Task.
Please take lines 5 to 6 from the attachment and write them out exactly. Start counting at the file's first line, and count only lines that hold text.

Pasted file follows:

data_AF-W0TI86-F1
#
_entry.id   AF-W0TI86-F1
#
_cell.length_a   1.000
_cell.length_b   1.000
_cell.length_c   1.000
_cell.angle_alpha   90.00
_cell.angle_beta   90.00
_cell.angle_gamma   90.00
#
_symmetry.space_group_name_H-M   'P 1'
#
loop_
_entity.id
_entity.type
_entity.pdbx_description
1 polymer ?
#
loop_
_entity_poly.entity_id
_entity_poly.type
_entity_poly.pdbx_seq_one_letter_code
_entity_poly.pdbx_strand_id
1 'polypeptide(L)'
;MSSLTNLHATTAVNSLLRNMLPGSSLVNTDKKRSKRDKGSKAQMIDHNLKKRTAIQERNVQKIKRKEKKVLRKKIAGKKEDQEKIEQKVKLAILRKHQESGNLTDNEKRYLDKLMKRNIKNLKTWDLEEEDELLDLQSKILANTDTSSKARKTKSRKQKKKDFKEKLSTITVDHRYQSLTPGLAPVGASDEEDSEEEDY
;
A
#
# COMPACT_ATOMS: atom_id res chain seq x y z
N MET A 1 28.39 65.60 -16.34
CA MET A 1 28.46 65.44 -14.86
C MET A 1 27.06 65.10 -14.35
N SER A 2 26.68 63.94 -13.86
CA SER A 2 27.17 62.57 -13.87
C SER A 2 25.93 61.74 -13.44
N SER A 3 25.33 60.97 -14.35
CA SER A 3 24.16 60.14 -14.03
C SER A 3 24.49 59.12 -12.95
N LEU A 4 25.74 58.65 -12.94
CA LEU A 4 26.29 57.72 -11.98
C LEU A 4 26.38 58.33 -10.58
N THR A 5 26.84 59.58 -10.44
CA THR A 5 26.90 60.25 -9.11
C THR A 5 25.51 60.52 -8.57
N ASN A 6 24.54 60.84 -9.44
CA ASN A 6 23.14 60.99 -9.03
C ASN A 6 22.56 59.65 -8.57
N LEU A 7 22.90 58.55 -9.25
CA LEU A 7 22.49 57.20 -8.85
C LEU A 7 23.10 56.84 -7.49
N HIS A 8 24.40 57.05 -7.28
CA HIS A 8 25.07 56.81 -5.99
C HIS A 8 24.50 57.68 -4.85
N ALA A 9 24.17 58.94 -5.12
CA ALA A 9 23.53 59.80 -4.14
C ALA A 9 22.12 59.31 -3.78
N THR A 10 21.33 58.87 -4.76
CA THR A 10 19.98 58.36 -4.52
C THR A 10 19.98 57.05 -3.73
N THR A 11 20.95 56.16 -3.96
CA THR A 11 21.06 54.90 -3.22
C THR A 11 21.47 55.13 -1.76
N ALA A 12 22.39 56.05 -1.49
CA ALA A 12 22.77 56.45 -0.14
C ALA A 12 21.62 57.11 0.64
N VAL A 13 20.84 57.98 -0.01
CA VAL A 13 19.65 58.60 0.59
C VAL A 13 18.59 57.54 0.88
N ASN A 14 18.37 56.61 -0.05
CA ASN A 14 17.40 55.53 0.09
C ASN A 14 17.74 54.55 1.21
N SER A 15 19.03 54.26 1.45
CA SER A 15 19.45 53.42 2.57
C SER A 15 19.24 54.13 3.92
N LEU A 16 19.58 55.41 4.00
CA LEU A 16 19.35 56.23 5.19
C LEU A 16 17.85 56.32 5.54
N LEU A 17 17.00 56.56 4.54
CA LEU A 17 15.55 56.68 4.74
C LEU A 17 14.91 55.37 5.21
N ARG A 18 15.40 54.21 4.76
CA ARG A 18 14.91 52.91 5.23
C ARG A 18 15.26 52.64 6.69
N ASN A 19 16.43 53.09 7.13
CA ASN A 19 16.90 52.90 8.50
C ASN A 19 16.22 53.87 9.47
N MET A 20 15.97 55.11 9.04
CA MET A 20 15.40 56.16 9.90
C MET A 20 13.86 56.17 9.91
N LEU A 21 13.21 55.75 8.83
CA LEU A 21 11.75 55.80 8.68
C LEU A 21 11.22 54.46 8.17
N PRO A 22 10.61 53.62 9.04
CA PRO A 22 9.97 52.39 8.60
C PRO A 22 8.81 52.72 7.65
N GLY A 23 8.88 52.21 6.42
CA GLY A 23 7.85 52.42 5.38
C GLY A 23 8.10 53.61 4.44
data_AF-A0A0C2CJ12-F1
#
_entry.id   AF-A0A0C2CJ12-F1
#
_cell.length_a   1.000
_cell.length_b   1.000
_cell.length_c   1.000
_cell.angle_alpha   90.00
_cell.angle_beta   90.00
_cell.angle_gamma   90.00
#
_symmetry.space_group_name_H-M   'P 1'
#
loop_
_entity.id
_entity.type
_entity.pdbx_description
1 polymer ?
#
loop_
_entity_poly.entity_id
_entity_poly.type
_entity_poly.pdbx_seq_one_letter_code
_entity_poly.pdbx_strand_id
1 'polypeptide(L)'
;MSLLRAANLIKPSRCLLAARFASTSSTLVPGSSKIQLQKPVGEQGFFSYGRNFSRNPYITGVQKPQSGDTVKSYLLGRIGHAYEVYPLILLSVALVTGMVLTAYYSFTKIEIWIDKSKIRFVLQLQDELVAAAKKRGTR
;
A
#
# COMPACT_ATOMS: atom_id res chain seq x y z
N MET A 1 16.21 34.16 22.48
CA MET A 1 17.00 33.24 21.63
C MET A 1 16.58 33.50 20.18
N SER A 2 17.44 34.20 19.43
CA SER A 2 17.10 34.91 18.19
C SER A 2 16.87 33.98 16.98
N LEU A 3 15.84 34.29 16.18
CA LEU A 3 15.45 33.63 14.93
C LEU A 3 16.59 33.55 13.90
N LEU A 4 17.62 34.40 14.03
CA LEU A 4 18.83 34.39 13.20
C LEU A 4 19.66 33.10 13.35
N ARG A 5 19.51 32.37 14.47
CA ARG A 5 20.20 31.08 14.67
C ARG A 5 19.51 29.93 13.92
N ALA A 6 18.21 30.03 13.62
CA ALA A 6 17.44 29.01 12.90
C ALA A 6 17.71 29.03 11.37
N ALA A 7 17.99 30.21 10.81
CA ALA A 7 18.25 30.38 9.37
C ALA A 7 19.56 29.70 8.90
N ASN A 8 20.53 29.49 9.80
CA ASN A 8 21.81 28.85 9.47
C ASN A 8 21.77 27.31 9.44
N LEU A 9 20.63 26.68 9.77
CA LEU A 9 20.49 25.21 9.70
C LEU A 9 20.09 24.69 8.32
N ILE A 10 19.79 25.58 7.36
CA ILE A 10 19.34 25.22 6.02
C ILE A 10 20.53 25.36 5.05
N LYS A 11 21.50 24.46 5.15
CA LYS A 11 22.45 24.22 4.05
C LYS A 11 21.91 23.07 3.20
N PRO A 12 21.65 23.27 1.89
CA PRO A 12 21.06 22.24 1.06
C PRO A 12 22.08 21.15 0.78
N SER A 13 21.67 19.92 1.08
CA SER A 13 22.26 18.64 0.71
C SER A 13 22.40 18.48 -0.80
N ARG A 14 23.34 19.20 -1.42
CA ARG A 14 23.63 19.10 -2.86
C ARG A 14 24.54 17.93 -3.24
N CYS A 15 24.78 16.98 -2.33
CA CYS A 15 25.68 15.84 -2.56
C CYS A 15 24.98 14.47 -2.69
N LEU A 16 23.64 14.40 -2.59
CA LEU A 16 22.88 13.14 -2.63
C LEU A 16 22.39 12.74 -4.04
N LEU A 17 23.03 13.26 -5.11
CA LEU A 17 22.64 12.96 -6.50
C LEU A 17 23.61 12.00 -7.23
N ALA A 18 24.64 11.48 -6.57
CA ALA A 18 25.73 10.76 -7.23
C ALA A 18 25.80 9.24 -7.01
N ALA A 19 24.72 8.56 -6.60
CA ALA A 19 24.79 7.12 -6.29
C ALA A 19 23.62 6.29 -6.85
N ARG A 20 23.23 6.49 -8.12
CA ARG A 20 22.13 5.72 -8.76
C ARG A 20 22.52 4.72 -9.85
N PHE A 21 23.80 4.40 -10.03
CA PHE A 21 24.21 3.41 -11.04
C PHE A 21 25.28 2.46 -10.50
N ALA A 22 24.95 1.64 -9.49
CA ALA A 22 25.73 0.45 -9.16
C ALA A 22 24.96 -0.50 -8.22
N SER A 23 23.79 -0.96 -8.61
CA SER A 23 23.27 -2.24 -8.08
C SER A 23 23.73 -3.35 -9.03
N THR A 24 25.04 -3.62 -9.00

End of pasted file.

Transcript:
_cell.length_a   1.000
_cell.length_b   1.000